cki.j xk ,

i, j = 1, . . . , m.

k=1

Note that skew-symmetry of S implies cki,j + ckj,i = 0. 8

We say that the structure constants obey the Jacobi condition if m X

(ckp,q clk,r + ckq,r clk,p + ckr,pclk,q ) = 0

k=1

for all p, q, r, l = 1, . . . , m. In that case the ODE is a Poisson system, a.k.a. Kostant–Kirillov–Lie–Soriau system. Why are Poisson systems interesting? • They represent a generalization of Hamiltonian systems. In particular, the Hamiltonian energy H(y ) is conserved by the flow. • Define a Poisson bracket of two functions as {f, g} = [∇f (y )]>S(y )∇g(y ). A Casimir is a function c which is in involution with all smooth functions: {c, g} = 0. In other words, S ∇c = 0. Each Casimir is a first integral of a Poisson system. 9

• Each Poisson system can be represented as a Lie–Poisson system: Suppose that we have square matrices E1, E2, . . . , Em such that [Ei, Ej ] =

n X

cki,j Ek ,

i, j = 1, . . . , m.

k=1

We generate the free Lie algebra E = FLA(E1, E2, . . . , Em) with the basis E = {E1, . . . , Em}. Thus, E is the closure of the basis elements (the generators) with respect to 1 Linear operations; and 2 Commutation. Now, let E ∗ be the dual of E: the linear space of all linear functionals acting on E. We let hF, Ei = trF >E

(i.e., Frobenius norm or the Killing form.) 10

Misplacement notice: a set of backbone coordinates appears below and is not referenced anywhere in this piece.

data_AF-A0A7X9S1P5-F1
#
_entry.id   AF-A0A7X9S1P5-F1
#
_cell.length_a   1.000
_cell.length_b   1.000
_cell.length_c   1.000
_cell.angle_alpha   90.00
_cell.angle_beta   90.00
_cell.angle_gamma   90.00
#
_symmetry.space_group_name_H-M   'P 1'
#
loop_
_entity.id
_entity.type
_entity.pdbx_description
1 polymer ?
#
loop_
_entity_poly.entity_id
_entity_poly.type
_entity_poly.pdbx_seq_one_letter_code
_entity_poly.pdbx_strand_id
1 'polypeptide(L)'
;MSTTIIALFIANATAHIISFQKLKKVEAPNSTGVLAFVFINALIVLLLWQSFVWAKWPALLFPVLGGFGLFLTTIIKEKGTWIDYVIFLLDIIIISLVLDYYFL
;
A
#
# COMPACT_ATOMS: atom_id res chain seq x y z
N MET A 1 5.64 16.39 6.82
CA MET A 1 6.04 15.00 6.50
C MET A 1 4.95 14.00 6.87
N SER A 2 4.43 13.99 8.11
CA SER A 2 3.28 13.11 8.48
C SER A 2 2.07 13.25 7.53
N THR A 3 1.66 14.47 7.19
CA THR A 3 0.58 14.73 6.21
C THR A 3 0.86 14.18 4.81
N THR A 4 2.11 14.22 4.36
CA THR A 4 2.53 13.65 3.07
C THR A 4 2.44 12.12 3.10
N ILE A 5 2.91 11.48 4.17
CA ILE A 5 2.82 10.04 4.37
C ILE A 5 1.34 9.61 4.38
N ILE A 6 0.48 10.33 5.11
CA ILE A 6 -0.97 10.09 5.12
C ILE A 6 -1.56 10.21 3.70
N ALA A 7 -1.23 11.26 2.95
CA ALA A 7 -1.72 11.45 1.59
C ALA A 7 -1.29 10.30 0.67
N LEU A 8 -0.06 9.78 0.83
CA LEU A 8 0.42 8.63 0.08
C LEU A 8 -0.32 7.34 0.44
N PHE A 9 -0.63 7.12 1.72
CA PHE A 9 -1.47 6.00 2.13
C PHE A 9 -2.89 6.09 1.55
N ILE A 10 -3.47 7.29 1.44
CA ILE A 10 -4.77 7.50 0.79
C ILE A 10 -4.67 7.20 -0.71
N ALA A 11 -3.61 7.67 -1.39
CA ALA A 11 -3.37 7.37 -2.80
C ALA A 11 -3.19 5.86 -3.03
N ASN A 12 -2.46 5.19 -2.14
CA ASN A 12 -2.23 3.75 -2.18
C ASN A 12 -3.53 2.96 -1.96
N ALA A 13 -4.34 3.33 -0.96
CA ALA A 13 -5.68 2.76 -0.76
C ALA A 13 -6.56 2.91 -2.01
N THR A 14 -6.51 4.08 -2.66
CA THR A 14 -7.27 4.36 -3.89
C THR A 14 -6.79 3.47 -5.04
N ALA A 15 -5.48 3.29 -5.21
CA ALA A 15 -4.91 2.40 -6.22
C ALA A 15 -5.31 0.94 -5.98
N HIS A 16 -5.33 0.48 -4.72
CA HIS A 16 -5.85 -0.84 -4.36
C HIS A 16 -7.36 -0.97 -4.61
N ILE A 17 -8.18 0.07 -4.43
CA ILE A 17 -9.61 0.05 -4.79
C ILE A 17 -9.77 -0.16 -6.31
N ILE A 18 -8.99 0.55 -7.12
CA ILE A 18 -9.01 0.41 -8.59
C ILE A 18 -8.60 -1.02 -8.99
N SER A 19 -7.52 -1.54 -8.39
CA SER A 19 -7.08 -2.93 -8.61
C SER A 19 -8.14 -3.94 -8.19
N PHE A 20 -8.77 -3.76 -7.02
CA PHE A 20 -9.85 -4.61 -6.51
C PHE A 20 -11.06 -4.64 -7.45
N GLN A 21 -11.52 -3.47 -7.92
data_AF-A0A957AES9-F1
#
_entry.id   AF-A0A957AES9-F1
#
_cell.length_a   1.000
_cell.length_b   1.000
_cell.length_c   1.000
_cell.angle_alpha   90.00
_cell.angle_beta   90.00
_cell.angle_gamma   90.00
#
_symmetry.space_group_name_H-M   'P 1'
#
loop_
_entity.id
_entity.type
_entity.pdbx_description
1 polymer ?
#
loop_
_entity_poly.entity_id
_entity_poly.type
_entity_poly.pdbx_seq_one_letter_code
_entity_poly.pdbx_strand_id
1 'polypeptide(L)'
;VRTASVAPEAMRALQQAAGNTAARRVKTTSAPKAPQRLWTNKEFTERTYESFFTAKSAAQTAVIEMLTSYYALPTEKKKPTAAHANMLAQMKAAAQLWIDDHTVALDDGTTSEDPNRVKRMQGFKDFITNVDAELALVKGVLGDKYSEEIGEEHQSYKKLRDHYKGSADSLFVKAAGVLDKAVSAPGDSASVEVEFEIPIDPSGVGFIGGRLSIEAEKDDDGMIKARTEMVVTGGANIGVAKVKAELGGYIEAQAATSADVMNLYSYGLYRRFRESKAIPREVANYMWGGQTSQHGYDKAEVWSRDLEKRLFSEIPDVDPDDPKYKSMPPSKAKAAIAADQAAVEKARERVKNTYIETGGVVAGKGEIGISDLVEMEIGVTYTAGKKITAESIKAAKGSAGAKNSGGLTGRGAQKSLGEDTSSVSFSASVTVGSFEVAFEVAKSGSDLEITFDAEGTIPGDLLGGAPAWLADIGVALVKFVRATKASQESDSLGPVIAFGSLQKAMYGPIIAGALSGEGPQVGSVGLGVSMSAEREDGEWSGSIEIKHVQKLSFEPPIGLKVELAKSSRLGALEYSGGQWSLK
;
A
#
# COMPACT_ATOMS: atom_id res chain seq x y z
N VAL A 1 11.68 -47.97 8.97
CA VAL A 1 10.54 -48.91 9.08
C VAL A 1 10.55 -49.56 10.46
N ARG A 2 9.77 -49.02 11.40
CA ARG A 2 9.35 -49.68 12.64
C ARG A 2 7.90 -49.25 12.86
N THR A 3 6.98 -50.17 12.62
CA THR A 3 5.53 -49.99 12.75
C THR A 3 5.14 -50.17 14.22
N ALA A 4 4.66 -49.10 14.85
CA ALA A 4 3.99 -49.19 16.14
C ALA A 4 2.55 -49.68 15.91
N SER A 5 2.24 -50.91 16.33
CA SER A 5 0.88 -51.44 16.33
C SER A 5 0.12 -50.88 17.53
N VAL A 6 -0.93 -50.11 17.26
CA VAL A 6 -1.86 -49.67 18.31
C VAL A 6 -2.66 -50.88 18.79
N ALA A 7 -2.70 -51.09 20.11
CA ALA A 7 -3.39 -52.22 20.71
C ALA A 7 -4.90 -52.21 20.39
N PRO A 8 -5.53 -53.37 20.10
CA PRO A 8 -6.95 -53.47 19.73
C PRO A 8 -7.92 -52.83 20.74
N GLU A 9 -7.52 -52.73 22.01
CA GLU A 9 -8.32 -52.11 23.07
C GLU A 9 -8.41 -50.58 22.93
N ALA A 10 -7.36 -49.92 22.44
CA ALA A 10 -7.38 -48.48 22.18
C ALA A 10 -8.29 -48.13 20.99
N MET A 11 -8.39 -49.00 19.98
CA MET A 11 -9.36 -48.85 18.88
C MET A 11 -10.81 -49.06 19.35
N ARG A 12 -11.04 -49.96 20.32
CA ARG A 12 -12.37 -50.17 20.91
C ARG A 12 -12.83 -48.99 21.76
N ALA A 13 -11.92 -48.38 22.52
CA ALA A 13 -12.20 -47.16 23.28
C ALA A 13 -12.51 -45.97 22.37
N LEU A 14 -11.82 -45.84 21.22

It is possible to reformulate the Lie–Poisson flow so that it evolves in E ∗. Let F = {F1, F2, . . . , Fm} be a dual basis of E ∗: a basis such that hFk , El i =

(

1, 0,

k = l, k 6= l.

We set Y (t) =

m X

k=1

yk (t)Fk ∈ E ∗

and (abusing notation) let H(Y ) = H(y ). Then the Lie–Poisson system can be formulated as Y 0 = −ad∗dH(Y )Y. Here dH(Y ) =

Ã

!m

∂H(Y ) ∂Yi,j i,j=1

and ad∗ is the dual adjoint operator which, within our context, can be taken as ad∗AB = [A>, B]. 11

Therefore a Lie–Poisson system possesses a crucial geometric feature: it evolves in a Lie algebra. Remark: There exist several numerical methods for Lie–Poisson systems that keep the solution within E ∗ [Engø & Faltinsen]. BACK TO X 0 = [N, X 2]. We set 2 1 H(X) = 1 kXk = Frob 2 2

n n X X

x2 k,l .

k=1 l=1

Our equations are x0k,l =

n X n X

i=1 j=1

(nk,ixi,j xl,j − ni,j xk,ixl,j − ni,j xk,j xl,i + nl,ixk,j xi,j )

and, with some algebra, we have the structure matrix S(p,q),(r,s) = 1 2 (np,r xq,s + np,s xq,r + nq,r xp,s + nq,s xp,r ) for all 1 ≤ p ≤ q ≤ n, 1 ≤ r ≤ s ≤ n (note that dim E = m = 1 2 n(n + 1)). 12

The Jacobi condition: Instead of checking directly that the Jacobi condition is satisfied – it can be done but is quite tedious and painful – we exploit the following observation due to Peter Olver: Let N ∈ so(n) and [X, Y ]N = XN Y − Y N X,

X, Y ∈ Sym(n).

It is easy to verify that [X, Y ]N ∈ Sym(n) and that it obeys all axioms of a Lie bracket: it is bilinear, skew-symmetric and obeys the Jacobi identity. Therefore, it defines a Lie algebra over Sym(n). > > Let Gp,q = 1 2 (epeq + eq ep ), p ≤ q, be a basis of this Lie algebra. Then

[Gp,q , Gr,s]N = 1 2 (np,r Gq,s + np,s Gq,r + nq,r Gp,s + nq,s Gp,r ), THEOREM The system X 0 = [N, X 2] is Poisson. Note, however, that we cannot take the Gp,q s as a basis of our free Lie algebra, since there we require a standard matrix commutator. 13

Part III: Lie–Poisson systems Can every Poisson system be converted into a Lie–Poisson system? This is true iff, given a set of structure constants cik,l that obey skew-symmetry and the Jacobi condition, we can identify matrices that form a basis of the underlying free Lie algebra. This is precisely the statement of. . . ADO’s THEOREM Every finite-dimensional Lie algebra possesses a finitedimensional faithful representation. Here, an algebra representation is a homomorphism ρ : g → End V,